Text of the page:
"More Heat Than Light?"
What You Need To Know:
FRUITVALE STATION is a one-day-in-the-life drama with political overtones. It’s about the African American man who was, according to a jury, accidentally shot dead by a San Francisco transit cop early New Year’s Day, 2009. The movie opens on 22-year-old Oscar Grant and his girlfriend, who have a 4-year-old daughter. The camera follows Oscar on New Year’s Eve before the shooting. Oscar tries to get an old job back but fails. Then, he thinks about selling drugs again, but changes his mind. He wants to change his life for the better. Later, Oscar and some young men get in trouble after one guy causes a fight on the subway. Tragedy results.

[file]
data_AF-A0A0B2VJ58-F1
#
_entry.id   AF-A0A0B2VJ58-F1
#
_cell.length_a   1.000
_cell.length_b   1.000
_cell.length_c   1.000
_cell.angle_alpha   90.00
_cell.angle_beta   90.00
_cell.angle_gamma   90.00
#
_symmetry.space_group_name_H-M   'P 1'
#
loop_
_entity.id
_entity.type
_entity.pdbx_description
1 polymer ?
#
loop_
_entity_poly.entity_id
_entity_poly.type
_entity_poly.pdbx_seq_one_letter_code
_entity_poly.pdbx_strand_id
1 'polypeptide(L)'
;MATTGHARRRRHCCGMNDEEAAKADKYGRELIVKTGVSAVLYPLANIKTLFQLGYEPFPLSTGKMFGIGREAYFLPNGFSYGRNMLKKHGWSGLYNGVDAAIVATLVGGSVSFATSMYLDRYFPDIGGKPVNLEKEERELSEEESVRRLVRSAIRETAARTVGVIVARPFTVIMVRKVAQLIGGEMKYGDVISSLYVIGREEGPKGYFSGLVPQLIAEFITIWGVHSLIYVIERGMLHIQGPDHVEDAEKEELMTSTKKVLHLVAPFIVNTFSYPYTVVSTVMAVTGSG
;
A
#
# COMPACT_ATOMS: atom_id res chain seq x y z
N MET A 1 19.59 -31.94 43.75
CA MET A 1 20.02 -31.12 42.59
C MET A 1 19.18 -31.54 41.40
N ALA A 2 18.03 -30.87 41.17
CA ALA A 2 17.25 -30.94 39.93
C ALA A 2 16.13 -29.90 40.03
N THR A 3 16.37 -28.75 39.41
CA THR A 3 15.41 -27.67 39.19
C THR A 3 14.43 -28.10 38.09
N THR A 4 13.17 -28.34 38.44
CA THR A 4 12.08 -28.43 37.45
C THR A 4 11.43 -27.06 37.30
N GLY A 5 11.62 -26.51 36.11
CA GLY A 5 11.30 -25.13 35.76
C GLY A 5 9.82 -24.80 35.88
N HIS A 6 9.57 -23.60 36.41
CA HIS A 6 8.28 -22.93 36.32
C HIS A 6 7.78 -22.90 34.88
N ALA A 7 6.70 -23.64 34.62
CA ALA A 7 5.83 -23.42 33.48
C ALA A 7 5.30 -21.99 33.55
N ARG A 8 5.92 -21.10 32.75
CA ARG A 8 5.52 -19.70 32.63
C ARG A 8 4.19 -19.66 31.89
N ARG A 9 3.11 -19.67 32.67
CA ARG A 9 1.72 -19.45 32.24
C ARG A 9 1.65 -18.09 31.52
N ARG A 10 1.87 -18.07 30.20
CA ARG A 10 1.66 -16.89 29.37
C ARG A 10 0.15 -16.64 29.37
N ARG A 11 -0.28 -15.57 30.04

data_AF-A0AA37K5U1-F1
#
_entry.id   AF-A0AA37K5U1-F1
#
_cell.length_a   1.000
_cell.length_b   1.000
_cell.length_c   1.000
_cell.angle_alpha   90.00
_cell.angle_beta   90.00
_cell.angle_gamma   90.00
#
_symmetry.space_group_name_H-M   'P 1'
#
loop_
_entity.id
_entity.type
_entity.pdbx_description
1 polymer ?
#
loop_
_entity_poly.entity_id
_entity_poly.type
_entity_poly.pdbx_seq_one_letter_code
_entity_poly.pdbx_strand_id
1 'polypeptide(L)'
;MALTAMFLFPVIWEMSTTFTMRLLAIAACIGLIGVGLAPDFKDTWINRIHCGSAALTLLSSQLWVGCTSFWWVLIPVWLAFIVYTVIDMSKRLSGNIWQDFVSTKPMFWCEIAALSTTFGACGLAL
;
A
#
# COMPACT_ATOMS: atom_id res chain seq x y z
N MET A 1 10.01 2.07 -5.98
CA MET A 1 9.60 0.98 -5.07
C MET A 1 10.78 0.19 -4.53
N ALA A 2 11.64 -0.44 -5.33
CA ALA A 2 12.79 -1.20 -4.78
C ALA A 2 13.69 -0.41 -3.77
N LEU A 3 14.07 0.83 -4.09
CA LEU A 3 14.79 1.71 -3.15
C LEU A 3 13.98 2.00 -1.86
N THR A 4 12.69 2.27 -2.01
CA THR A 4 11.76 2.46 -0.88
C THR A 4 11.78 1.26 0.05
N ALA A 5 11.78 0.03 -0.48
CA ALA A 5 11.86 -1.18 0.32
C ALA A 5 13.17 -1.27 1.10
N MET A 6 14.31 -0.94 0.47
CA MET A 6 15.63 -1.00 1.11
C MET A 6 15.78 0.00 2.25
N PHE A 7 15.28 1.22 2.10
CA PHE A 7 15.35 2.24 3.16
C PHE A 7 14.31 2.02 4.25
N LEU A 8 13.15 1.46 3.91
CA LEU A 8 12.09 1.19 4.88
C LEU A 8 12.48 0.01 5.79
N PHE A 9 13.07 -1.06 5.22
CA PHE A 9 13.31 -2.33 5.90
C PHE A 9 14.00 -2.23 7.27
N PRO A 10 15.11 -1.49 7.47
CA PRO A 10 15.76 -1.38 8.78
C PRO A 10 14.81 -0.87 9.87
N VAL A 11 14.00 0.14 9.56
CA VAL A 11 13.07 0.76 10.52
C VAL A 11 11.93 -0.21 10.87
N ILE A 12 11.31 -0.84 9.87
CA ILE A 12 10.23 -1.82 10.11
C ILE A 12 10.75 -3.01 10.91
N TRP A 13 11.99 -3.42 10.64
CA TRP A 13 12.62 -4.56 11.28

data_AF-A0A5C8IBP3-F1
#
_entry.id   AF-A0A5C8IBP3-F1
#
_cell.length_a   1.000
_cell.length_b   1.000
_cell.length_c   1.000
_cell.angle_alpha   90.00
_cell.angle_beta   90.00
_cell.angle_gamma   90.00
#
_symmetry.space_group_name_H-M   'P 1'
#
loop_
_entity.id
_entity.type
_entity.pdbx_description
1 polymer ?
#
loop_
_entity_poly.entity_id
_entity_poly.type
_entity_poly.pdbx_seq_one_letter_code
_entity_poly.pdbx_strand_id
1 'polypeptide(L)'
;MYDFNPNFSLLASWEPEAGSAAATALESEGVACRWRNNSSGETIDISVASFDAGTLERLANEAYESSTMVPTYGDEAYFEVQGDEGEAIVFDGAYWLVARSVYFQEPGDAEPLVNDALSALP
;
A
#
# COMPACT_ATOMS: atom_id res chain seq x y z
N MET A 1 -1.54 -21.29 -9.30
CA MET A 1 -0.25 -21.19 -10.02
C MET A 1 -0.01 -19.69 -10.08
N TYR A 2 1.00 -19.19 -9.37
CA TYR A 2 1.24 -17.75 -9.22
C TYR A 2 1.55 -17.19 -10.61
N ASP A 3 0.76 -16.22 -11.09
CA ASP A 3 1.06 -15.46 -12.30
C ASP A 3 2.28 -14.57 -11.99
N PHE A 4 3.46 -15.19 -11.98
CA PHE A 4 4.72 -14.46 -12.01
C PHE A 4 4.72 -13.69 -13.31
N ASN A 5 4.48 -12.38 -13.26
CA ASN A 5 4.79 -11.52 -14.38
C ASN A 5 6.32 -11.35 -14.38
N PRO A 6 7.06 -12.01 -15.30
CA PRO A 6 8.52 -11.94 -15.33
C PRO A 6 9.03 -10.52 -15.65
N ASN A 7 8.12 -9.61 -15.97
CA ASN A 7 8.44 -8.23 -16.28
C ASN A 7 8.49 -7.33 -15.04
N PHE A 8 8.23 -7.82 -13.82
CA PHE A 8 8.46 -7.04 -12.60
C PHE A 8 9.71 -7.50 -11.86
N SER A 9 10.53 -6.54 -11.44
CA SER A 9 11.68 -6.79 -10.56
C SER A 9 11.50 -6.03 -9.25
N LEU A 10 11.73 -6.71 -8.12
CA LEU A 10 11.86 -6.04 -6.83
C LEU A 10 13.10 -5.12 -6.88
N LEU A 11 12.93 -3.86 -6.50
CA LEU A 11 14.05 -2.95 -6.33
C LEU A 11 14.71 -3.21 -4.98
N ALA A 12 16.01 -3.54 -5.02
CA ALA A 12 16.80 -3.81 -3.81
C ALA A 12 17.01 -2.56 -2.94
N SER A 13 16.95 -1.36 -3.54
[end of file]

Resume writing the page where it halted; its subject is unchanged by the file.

FRUITVALE STATION is an earnest production with some powerful moments and very good acting. There’s also two brief Christian prayers, and Oscar wants to improve his life. The filmmakers leave the reason for the transit officer’s shooting Oscar up in the air. Before Oscar is shot, however, they depict the transit police’s actions as heavy-handed. They also omit some facts. Finally, FRUITVALE STATION has more than 110 obscenities, which is very excessive.